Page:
User:Andy Maloney/Kinesin & Microtubule Page/Osmotic stress/Analysis of the gliding fishtailing and circling motions of native microtubules

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These are my notes on this paper. Please read the paper before reading my notes.


Analysis of the gliding, fishtailing and circling motions of native microtubules.


  • Native microtubules from squid giant axons.
  • They talk about 3 forms of microtubule motion:
    • Gliding
    • Fishtailing (When an end of the microtubule gets stuck and the rest of it starts to bend.)
    • Circling
  • Opps. ar should be are in the second paragraph. Tsk tsk editor...There are lots of typos.
  • Yeah! VHS recording!
  • They talk about settling of microtubules and how it takes about 10 - 15 minutes.
    • It's important to note that these guys are using native microtubules and not the polymerization of tubulin into microtubules. This means that they did not use casein to passivate their slides. They just homogenized the squid sauce and plopped it onto a glass slide.
  • They quote a minimum radius of curvature for the microtubules of 0.3 - 0.5 µm.
  • I have converted one of their tracks of a microtubule moving in a circular track. This is from figure 8. The marks in the images are supposed to be reference points indicating stationary points on their glass. The big blob on one end of the line is supposed to be some sort of stuck protein on the microtubule. I aligned the images to the bottom left reference point.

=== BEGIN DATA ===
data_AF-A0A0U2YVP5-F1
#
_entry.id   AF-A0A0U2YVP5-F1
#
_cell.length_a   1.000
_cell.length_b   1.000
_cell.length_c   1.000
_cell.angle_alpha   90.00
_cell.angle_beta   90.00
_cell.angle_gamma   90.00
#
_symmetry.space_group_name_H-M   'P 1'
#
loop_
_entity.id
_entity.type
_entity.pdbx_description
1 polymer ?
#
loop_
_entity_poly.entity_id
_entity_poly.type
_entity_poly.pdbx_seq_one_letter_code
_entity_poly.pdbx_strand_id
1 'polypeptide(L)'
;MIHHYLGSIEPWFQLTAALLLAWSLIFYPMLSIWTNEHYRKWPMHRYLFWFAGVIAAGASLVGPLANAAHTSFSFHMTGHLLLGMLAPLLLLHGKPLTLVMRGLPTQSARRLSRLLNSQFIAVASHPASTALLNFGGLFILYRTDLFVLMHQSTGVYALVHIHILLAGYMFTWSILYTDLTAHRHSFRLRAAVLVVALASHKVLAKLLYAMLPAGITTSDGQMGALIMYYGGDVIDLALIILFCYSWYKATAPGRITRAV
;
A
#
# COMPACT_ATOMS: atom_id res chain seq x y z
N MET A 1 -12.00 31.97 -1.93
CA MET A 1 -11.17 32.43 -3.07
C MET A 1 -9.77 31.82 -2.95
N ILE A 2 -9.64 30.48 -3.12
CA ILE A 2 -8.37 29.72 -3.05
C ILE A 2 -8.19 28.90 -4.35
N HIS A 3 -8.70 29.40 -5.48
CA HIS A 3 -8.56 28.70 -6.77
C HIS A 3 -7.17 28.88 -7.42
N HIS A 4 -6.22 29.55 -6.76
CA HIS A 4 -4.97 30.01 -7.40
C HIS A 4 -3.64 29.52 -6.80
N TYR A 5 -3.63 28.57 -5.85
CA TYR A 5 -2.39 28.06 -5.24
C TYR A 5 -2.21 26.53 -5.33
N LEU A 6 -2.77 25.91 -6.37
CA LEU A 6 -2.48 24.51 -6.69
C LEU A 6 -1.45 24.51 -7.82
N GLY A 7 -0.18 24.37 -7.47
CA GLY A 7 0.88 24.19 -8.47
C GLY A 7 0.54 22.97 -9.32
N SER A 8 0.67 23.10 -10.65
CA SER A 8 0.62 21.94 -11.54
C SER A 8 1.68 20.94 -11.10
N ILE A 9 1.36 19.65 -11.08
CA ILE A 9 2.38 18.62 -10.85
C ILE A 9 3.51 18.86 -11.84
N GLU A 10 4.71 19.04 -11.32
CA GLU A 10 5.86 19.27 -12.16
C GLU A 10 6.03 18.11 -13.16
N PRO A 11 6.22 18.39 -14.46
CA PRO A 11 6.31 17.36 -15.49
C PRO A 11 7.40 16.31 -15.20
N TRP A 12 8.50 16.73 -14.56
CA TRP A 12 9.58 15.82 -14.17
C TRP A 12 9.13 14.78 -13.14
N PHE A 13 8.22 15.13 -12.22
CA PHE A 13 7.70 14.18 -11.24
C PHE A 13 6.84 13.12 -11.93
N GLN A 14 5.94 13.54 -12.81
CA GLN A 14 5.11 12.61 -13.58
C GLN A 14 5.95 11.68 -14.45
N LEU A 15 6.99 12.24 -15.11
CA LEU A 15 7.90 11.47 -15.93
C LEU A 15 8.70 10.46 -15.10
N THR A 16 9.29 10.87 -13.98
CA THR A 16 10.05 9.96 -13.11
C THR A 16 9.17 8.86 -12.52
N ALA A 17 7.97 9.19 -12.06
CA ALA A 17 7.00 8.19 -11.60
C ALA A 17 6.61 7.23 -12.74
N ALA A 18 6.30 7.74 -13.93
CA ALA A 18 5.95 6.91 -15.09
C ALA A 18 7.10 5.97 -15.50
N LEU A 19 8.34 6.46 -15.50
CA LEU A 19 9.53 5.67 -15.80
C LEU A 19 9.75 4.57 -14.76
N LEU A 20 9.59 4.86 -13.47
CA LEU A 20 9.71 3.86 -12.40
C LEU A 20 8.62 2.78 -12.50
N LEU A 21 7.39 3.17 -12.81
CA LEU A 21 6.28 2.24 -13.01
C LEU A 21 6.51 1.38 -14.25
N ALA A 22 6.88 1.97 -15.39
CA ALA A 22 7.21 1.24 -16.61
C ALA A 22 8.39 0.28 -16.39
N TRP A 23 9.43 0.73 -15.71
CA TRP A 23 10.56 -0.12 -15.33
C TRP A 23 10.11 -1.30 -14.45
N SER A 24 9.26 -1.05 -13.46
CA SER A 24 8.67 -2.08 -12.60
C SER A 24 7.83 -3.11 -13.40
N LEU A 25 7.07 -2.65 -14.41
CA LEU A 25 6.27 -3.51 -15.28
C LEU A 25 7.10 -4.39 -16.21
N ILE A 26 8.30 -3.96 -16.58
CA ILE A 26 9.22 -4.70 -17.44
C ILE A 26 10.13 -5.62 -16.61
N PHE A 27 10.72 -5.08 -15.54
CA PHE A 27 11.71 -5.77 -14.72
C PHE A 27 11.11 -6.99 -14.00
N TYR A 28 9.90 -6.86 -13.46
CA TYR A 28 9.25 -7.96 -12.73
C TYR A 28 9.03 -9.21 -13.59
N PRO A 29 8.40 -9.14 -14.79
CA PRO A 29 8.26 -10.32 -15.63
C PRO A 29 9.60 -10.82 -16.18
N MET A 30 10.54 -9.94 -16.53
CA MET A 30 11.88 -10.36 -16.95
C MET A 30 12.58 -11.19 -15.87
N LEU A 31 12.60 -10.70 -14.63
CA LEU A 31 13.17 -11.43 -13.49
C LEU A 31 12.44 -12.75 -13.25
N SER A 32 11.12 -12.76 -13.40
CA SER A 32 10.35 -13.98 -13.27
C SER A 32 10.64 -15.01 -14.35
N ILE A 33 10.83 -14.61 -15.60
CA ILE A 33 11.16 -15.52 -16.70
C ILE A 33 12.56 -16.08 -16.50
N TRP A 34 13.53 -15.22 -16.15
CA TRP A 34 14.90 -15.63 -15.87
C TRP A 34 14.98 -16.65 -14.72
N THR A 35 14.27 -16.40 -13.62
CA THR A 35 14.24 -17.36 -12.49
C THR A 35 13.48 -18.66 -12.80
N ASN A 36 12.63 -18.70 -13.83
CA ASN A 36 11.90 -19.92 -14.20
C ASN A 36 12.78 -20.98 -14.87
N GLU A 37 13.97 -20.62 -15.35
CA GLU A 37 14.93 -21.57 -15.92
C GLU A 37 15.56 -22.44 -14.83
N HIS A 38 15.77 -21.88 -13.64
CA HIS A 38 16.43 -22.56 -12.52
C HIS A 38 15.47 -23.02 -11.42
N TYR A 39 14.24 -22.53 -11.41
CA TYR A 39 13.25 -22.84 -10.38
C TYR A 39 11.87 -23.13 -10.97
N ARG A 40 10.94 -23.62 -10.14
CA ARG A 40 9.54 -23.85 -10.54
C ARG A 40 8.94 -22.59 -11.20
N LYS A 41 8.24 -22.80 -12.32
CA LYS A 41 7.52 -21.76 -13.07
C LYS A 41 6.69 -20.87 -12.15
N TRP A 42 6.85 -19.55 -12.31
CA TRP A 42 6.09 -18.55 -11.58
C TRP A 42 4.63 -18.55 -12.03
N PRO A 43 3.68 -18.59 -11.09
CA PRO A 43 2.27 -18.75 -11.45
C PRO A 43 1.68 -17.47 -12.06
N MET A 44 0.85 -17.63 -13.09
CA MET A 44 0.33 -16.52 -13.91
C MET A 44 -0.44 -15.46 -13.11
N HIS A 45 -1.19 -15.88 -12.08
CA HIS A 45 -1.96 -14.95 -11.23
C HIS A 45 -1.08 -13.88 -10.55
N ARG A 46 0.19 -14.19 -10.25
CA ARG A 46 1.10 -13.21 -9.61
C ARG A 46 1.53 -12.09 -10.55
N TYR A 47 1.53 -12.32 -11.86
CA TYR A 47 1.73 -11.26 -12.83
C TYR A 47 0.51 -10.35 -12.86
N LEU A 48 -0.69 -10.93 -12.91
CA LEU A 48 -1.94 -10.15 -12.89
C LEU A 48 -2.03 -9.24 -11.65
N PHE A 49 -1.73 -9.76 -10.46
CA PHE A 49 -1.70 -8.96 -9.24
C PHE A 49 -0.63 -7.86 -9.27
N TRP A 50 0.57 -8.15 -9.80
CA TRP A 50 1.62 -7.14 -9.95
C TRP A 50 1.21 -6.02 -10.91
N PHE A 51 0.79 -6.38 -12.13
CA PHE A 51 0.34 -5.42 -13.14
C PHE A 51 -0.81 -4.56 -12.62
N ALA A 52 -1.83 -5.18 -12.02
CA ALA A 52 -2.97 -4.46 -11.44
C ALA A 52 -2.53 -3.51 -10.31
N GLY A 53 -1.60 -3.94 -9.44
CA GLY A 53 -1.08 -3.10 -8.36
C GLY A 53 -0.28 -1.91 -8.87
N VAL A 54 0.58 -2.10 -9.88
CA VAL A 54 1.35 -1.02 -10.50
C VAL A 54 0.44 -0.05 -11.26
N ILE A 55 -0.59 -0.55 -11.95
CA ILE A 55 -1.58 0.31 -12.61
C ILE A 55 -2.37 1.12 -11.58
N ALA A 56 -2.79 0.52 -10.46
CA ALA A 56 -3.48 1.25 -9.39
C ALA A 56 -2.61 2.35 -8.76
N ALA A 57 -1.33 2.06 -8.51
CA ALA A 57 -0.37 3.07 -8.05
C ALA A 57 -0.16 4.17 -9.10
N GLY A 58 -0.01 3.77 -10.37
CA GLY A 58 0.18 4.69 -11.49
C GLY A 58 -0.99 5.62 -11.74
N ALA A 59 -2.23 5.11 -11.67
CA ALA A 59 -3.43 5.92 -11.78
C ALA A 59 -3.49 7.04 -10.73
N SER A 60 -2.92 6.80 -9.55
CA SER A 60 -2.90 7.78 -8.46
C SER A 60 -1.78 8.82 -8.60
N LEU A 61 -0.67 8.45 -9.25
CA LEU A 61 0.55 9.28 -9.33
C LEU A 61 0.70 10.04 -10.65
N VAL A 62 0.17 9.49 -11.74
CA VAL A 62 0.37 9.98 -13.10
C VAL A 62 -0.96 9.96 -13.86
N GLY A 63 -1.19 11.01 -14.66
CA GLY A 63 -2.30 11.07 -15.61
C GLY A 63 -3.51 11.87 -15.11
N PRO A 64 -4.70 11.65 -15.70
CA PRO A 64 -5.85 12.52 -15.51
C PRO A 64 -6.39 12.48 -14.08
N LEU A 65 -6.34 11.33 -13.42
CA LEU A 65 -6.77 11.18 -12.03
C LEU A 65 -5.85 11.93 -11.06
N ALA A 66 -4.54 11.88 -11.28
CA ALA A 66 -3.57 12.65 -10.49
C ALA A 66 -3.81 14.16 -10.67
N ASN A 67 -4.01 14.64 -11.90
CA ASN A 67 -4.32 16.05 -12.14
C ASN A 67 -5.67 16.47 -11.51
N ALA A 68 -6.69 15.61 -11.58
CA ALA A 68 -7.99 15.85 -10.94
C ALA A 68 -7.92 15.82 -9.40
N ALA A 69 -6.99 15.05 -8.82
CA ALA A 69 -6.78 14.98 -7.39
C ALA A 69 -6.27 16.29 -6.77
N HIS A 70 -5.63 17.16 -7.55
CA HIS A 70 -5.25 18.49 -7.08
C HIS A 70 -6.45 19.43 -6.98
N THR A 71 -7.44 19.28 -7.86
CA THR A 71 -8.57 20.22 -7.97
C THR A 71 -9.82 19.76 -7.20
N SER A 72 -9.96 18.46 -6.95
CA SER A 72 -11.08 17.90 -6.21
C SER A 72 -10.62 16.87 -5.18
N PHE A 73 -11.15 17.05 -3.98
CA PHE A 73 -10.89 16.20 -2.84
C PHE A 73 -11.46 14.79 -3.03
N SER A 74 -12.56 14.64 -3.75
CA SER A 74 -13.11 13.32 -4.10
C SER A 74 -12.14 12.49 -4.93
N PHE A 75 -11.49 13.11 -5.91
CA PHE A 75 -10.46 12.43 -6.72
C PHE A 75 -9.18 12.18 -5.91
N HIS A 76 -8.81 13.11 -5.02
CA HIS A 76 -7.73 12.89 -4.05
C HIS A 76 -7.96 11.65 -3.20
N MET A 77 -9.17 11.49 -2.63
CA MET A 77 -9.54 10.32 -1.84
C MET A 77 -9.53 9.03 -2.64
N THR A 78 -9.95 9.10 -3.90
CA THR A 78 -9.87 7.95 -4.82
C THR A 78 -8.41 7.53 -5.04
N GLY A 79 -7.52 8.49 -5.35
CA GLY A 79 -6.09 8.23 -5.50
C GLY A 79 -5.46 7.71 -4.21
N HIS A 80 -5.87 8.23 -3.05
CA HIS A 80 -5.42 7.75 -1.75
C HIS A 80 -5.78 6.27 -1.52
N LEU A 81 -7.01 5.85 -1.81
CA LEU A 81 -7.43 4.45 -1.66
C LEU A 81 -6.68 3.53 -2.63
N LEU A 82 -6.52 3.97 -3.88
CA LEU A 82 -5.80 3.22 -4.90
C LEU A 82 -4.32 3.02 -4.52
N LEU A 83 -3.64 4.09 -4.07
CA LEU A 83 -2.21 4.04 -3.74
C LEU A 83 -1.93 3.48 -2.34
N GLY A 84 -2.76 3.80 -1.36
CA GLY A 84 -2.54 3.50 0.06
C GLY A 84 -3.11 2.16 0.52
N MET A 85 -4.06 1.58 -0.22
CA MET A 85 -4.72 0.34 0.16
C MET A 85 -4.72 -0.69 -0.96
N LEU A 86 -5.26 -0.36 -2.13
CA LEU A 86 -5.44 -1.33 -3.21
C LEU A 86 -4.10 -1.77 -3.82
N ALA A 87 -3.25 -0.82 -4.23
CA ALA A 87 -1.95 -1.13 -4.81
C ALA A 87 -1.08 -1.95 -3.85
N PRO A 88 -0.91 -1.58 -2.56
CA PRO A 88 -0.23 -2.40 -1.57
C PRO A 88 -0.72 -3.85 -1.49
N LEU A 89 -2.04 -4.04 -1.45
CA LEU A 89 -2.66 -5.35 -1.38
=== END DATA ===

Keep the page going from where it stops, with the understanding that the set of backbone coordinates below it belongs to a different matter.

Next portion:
Circular MT track.gif

SJK 00:03, 20 January 2010 (EST)

00:03, 20 January 2010 (EST)
This animated gif is really cool! Since I can't download the article, not sure what you did. Did you get article via ILL? Very interested to look at article and thanks for review. What are we going to do to make sure that we cite all of these articles you're finding?
  • This is super bad ass. Since they were working with native microtubules and the sauce (i.e. all the excess junk in the cells they didn't get rid of) that comes with working with native stuff, this is indicating that circular tracks may have been caused by osmotic stress!
  • They discuss how they are able to see microtubules after many hours later in their slides.
  • Yeah, they conclude that microtubules don't move in cells.